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Yep, Instagram just got private messages: What you need to know about Instagram Direct

instagram event direct
Instagram's private messaging feature has arrived. Image used with permission by copyright holder

Instagram introduced its private messaging feature, Instagram Direct.

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Image used with permission by copyright holder

Until now, Instagram users have been able to share their photos and videos either to the public or their list of followers, and any text-based communications happened in the comments under the photos. Instagram Direct introduces an entirely new way to communicate on the photo-sharing service. Users can exchange private messages with up to 15 people in one thread, creating groups based on similar interests, or facilitating more intimate conversations between partners or friends. Users can receive photos and videos from people they follow, although anyone can send private-message a user in the form of a “pending request.” This could be a problem if spammers try to use this channel – it may be a bad idea (and I suspect Instagram users with very high follower counts will end up ignoring their “pending request” box).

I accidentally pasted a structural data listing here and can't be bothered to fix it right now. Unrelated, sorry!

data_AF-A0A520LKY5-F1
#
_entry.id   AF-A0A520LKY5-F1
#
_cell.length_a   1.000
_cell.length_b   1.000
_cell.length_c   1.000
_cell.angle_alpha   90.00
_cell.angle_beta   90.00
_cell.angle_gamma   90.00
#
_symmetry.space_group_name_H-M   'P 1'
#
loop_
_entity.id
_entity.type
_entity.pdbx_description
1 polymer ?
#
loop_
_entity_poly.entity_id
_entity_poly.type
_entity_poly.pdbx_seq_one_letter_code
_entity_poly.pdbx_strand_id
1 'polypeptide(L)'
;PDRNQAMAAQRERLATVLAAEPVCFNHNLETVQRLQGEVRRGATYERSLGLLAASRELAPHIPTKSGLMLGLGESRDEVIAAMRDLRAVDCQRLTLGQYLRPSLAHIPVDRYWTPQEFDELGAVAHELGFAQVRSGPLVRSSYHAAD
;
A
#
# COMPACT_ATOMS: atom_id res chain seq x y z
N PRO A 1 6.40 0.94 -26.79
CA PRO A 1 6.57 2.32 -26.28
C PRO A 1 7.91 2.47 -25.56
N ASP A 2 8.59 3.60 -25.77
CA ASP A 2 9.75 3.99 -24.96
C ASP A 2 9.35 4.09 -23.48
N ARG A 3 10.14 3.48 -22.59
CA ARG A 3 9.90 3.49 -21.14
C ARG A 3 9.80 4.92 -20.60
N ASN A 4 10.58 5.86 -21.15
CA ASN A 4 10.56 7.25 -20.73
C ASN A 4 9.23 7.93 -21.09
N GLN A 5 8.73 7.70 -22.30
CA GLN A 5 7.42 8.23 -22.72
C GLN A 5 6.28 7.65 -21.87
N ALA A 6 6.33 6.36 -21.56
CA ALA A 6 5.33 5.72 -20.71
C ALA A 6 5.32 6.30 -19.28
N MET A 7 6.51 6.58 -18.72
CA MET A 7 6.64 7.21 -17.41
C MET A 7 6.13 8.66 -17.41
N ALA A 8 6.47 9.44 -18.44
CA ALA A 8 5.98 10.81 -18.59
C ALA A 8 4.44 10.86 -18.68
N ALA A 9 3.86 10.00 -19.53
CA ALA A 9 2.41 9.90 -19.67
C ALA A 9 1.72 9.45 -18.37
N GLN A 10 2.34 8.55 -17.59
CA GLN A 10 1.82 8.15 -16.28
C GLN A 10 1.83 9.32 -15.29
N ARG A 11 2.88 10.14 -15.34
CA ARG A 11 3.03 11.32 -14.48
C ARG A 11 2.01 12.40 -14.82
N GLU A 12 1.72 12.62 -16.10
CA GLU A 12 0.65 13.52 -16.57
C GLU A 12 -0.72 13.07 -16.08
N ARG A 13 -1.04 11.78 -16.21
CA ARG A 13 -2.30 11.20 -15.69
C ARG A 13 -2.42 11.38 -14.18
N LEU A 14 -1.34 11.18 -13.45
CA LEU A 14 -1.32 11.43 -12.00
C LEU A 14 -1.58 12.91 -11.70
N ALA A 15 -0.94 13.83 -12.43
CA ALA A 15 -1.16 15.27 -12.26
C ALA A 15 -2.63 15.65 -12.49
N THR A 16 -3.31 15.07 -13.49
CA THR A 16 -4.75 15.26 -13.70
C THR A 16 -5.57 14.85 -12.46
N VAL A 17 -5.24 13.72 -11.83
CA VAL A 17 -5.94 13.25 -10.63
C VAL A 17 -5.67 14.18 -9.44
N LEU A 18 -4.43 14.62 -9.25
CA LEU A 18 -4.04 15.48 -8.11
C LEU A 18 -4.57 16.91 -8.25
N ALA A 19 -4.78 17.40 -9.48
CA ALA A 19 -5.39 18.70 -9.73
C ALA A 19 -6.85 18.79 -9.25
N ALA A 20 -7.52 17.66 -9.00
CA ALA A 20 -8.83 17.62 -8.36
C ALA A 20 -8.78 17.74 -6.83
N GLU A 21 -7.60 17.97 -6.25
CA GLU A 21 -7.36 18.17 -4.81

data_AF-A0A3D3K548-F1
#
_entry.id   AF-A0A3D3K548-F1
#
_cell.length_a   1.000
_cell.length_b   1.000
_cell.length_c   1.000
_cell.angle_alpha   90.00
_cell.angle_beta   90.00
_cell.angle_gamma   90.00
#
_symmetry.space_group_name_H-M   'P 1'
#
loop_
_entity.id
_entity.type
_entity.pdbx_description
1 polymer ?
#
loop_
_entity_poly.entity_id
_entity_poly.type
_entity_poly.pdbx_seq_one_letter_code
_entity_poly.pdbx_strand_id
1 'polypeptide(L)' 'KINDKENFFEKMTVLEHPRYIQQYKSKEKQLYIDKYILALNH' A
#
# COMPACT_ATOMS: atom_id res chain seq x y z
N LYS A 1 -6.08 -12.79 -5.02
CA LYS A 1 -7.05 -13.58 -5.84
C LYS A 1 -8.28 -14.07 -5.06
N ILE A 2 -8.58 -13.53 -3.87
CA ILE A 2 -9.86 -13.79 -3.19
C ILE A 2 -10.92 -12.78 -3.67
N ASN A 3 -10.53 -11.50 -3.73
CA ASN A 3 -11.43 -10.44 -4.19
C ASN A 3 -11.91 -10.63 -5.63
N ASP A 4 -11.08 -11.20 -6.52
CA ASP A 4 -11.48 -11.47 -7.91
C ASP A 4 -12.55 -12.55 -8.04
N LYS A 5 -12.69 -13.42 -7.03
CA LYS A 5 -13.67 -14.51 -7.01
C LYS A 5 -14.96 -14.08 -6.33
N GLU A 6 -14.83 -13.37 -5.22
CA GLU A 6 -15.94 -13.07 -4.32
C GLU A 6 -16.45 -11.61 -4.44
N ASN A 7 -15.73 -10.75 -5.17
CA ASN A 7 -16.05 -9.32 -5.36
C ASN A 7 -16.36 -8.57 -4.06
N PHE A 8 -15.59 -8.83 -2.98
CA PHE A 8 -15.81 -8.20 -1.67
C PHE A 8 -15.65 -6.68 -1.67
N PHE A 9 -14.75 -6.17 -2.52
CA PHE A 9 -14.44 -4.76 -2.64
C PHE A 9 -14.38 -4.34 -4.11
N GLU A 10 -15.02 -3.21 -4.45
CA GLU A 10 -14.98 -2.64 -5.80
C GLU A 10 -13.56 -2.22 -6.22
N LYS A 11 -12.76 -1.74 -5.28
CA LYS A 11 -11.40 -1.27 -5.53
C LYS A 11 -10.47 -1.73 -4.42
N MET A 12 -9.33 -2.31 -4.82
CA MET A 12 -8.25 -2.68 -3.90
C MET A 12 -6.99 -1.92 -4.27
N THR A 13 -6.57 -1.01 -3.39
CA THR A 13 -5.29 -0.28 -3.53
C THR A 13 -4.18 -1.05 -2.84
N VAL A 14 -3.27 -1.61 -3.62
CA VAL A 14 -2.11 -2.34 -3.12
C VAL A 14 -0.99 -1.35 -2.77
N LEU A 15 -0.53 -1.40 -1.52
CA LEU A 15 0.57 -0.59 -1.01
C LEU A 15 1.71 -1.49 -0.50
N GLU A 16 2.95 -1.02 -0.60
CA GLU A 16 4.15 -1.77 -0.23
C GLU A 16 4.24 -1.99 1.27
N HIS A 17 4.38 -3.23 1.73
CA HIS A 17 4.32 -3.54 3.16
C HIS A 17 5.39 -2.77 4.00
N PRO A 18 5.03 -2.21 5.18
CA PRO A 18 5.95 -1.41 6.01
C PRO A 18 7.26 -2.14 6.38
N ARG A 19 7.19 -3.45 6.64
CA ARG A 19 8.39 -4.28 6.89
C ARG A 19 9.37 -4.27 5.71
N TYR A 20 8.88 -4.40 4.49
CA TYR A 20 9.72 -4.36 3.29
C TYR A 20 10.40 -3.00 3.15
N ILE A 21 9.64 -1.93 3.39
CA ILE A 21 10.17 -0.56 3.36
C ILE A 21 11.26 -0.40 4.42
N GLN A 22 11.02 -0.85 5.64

Instagram Direct shares some aesthetic similarities to Facebook Messenger, with user profiles in small circles. And since Facebook owns Instagram, they’re not really in competition here, but Instagram Direct has two major rivals: Snapchat and Twitter. 

“What’s really important to Instagram is you need to remember these moments,” said Instagram CEO and cofounder Kevin Systrom, a subtle jab at Snapchat. Unlike the disappearing photo chat service, Instagram Direct keeps an accessible log of prior conversations, so users can revisit pictures and messages sent in the past. 

Twitter debuted the ability to send photos in its direct messages yesterday, an attempt to attract users to its private messaging function, but that smaller adjustment may be overshadowed by Instagram’s announcement. 

Instagram created a video explaining the feature: 

Kate Knibbs
Former Digital Trends Contributor
Kate Knibbs is a writer from Chicago. She is very happy that her borderline-unhealthy Internet habits are rewarded with a…
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